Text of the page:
||the Fifteenth of December, 2002|
a low-overhead crypto-heavy micropayment scheme currently being
fermented, which claims to make transactions of under a dollar
perfectly feasible and lovely. Presumably
the low overhead will be offset by merchants having to hand over a
big pile of money to use the service, but it's promising stuff, all
the same. Due to go live early next year.
|Hours of Inform has begun - "The adventure must be set on a cruise ship. It must involve Jesus, a cat, a mini-skirt and a weather balloon."
|I'd assumed that the practical joke industry had remained pretty much
unchanged over the past thirty years, selling off the same dusty old
merchandise all along ("Surprise, that boiled sweet I just gave you has
been sitting in a poorly-stapled box on a toy-shop counter display since
1983!"), but no, someone came up with the viciously cruel idea of
lottery scratchcards at some point in the past decade.
"Ideas are dangerous, but the man to whom they are least dangerous is the
man of ideas. He is acquainted with ideas, and moves among them like a
lion-tamer. Ideas are dangerous, but the man to whom they are most
dangerous is the man of no ideas. The man of no ideas will find the
first idea fly to his head like wine to the head of a teetotaller."
Chesterton has a weblog - window-sized chunks of his writing,
with links to the full texts where they're available online. Good.
|Good to see the existence of a walkthrough
for The Man From DEFRA, my submission for the first Hours of
Inform. Nicely written; taking the time to do the things I gave
interesting responses to, rather than just barrelling through with a
dull, optimal solution.
|It's time for a second 24
Hours of Inform - non-consecutive, this time, with
contestants using no more than 1440 of this year's remaining minutes to
write a complete text adventure, around a sealed-envelope theme suggested
by a third party. It'll start tomorrow, arbitrarily - if you want to sign
up beforehand or during (or, indeed, wish to be that third party); click link.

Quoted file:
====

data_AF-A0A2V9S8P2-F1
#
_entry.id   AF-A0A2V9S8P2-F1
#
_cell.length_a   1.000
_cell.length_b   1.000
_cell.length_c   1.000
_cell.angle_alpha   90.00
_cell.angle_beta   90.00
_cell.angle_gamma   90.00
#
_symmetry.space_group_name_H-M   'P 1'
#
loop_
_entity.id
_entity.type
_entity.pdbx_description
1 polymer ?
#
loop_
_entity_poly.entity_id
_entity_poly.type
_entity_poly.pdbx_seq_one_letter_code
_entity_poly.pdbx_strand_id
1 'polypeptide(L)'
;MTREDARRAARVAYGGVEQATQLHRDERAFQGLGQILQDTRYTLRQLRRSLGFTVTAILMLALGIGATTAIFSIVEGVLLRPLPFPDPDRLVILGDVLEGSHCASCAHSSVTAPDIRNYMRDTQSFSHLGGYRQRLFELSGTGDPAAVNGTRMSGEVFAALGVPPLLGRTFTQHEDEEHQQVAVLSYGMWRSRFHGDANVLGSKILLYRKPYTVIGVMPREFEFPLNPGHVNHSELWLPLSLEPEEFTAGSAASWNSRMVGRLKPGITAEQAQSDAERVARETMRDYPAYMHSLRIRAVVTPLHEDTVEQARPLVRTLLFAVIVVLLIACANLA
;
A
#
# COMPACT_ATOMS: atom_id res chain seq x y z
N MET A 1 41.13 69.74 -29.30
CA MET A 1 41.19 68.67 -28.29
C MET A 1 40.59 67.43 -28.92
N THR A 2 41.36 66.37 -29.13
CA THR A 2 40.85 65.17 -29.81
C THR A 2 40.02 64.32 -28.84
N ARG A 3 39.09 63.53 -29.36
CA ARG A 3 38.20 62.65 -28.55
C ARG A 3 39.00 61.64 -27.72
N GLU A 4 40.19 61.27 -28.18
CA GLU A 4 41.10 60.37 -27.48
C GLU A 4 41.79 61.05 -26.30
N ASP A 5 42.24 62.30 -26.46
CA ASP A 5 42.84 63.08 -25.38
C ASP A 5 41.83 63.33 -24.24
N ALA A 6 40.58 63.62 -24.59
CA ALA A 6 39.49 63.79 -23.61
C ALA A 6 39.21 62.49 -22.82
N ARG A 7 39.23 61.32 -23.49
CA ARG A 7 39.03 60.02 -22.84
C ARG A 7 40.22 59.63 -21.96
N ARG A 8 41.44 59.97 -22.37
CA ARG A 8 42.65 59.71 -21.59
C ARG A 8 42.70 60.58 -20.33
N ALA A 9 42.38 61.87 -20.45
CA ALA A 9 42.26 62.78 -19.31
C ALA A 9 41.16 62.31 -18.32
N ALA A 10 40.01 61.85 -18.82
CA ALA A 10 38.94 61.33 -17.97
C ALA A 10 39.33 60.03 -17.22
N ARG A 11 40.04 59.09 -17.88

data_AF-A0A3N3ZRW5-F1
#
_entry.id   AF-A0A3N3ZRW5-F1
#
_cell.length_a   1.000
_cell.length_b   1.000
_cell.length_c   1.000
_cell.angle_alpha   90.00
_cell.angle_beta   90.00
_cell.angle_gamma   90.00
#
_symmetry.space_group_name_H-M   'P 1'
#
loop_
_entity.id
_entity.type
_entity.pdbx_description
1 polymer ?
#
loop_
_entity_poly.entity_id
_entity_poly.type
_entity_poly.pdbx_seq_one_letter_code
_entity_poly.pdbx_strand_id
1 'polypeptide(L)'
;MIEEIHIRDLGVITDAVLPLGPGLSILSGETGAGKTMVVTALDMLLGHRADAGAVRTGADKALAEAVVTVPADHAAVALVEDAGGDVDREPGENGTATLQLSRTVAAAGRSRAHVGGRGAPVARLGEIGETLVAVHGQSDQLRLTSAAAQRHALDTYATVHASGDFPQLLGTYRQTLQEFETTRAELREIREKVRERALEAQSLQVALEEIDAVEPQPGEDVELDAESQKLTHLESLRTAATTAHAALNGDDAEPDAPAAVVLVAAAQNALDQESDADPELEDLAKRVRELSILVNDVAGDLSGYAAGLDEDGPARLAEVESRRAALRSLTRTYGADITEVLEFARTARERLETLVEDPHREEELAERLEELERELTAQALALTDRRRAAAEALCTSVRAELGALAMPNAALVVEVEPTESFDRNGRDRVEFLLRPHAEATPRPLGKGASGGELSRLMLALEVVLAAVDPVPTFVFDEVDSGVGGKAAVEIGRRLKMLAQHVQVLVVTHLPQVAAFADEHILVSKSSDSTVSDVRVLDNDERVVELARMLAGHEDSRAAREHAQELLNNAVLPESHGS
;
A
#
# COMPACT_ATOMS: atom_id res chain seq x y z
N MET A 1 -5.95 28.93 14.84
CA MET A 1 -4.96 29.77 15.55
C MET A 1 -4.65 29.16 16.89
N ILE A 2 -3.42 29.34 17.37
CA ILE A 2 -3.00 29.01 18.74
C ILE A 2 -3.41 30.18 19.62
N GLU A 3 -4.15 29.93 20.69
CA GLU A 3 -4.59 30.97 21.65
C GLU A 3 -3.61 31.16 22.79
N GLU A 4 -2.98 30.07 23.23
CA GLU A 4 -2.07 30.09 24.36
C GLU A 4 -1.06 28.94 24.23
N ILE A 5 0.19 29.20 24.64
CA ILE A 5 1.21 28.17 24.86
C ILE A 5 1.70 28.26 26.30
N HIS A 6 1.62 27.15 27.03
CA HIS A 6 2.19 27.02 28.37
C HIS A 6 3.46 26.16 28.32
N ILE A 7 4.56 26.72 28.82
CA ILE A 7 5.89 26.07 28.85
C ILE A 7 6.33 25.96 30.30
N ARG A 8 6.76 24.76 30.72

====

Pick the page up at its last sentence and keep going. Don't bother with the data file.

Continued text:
'As I said in my speech': I told him, 'your new middle name would consist of a noun, the name of a flower or fruit or nut or vegetable or legume, or a bird or a reptile or a fish, or a mollusk, or a gem or a mineral or a chemical element -- connected by a hyphen to a number between one and twenty.'
Gripped by the arbitrary-middle-name societal-restructuring of
Vonnegut's Slapstick, and struck by
its hazy similarity to inane Smurf-Name generators (and the brief
senses of familial connection that their coincidences can generate, on
message board communities), I have recreated its archive-burning assignation computer.
And am now off down the Thirteen Club.
|Be sure to prototype your folded-paper-snowflake designs with careful computer-aided mockups before hacking away with scissors, this year. The site includes instruction in the dark arts
of folding proper hexagonal ones.
|Great Gifts -
£17 to immunise
a child, thirty quid for a piglet;
a friend or relative of your choice gets no Christmas gift, just a card
telling them where the money went instead. It certainly puts arbitrary
boxed-set-DVD Amazon wishlisting into cold, stupid perspective. [via
But the whole business of getting pocket change across the world seems
endlessly two-sided and uncertain; I'm always very leery of where aid charity
money actually ends up, how much of it gets absorbed or lost along the way,
and how lasting and effective the end results actually are. Quoting from a widely and
lucidly scathing interview with a Peace Corps
volunteer, which argues against foreign charity aid as a whole:-
"What you don't do is go back in five years and see
what's happened to those pipes. Well, what happened to it? A couple of
tough guys in the village came and took over the water system, and
they're selling water to people. I've seen this happen over and over
again. The poor people in the village aren't getting any water, and
they're still walking down to the damn river and drinking awful water,
because you're not looking at the political context into which you put